• Two heads come off the shoulder and one tendon inserts onto the elbow," explains Bryan L. Reuss, M.D. , a double board-certified orthopaedic surgeon specializing in sports medicine at Orlando Orthopaedic Center . (orlandoortho.com)
  • Your doctor may still use the term tendinitis or epicondylitis to describe tendon injuries to the inner or outer elbow. (uncmedicalcenter.org)
  • The triceps tendons connect the triceps muscles to the shoulder blade and elbow in your arm. (suncoastshoulder-elbow.com)
  • High cholesterol update 2016: Recent stories and studies on cholesterol and the associated health complications, such as vision problems, tendon injuries, and heart health risk. (belmarrahealth.com)
  • Issues with compliance, the competing priorities of their school, sport and social lives and generally being more independent and less supervised by adults means that often a more conservative approach is taken to minimise complications post tendon repair. (bondijunctionhandtherapy.com.au)
  • Currently, horses with tendon injury are treated using their own mesenchymal stem cells, those which form muscular and connective tissues. (aht.org.uk)
  • Integra LifeSciences Holdings Corp. has received FDA clearance to market TenoGlide Tendon Protector Sheet in the US. (itnonline.com)
  • Obtaining a detailed medical report from a medical expert explaining the extent of your injuries, the rehabilitation program required and the potential future costs is therefore essential. (bishopslaw.co.uk)
  • This course goes into detail covering the anatomy, assessment and treatment techniques of tibialis anterior muscle and tendon injuries. (benjamininstitute.com)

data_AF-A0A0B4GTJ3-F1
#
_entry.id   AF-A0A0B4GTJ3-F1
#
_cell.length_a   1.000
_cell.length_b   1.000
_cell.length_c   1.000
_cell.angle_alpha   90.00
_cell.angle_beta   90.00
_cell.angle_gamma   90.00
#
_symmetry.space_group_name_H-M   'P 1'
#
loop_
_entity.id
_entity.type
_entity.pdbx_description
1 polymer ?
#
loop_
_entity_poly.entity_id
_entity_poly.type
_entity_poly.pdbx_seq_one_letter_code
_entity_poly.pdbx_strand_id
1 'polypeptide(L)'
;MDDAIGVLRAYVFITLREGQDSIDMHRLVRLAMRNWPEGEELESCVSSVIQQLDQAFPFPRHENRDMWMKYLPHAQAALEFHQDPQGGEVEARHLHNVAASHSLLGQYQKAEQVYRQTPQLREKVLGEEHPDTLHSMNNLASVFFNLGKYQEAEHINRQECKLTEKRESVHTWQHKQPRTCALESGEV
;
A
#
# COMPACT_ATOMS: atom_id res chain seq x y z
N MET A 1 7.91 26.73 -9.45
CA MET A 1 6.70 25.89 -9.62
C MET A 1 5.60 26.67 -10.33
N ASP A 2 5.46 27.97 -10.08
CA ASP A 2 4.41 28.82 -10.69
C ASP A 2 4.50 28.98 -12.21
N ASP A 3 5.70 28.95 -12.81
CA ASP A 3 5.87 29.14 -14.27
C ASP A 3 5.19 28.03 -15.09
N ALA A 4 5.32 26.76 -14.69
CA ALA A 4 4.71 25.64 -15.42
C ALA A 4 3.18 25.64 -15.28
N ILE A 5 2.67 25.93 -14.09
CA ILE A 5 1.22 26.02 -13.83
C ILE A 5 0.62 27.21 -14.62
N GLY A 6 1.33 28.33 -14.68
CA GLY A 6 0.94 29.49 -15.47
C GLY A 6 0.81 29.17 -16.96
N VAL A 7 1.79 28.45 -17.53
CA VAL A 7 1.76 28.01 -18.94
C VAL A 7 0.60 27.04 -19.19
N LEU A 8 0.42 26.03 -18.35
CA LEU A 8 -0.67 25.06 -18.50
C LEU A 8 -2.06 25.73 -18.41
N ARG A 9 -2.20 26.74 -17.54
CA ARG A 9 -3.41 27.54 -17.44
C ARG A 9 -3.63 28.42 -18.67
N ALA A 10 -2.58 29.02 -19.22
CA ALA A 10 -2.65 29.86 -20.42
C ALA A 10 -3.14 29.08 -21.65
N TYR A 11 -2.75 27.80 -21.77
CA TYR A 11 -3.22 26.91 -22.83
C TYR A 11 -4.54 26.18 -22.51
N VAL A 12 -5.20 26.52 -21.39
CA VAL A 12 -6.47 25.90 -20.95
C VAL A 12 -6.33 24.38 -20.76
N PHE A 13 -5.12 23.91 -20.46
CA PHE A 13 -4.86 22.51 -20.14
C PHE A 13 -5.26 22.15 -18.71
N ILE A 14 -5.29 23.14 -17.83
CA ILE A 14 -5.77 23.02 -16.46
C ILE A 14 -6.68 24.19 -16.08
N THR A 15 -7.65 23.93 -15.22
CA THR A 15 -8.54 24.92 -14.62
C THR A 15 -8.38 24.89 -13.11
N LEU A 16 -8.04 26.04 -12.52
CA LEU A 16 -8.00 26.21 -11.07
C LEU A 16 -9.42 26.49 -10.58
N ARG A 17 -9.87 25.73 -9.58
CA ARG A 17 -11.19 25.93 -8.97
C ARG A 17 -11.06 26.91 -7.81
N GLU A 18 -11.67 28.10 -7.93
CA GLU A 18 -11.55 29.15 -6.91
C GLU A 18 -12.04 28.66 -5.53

Connecting the Dots Between Statins and Tendon Injuries | AACP
Connecting the Dots Between Statins and Tendon Injuries | AACP (aacp.org)
Tendon Injuries Could be Treated by Athletes' Own Blood
Tendon Injuries Could be Treated by Athletes' Own Blood (medindia.net)
Shoulder injuries Archives - Page 3 of 4 - Sports Injury Bulletin
Shoulder injuries Archives - Page 3 of 4 - Sports Injury Bulletin (sportsinjurybulletin.com)
What is a Peroneal Tendon Injury? | Family Foot & Ankle Specialists
What is a Peroneal Tendon Injury? | Family Foot & Ankle Specialists (stopfootpainfast.com)
Leg joint pain in pregnancy nhs, youtube flexor tendon repair nutrients
Leg joint pain in pregnancy nhs, youtube flexor tendon repair nutrients (s3.amazonaws.com)
Muscle and Tendon Injuries - Evaluation and Management | Gian Luigi Canata | Springer
Muscle and Tendon Injuries - Evaluation and Management | Gian Luigi Canata | Springer (springer.com)
Bicipital Tendon Injuries: Practice Essentials, Anatomy, Etiology
Bicipital Tendon Injuries: Practice Essentials, Anatomy, Etiology (emedicine.medscape.com)
Platelet-Rich Plasma (PRP) Injection Therapy
Platelet-Rich Plasma (PRP) Injection Therapy (news-medical.net)
Achilles Tendon Injuries | Johns Hopkins Medicine
Achilles Tendon Injuries | Johns Hopkins Medicine (hopkinsmedicine.org)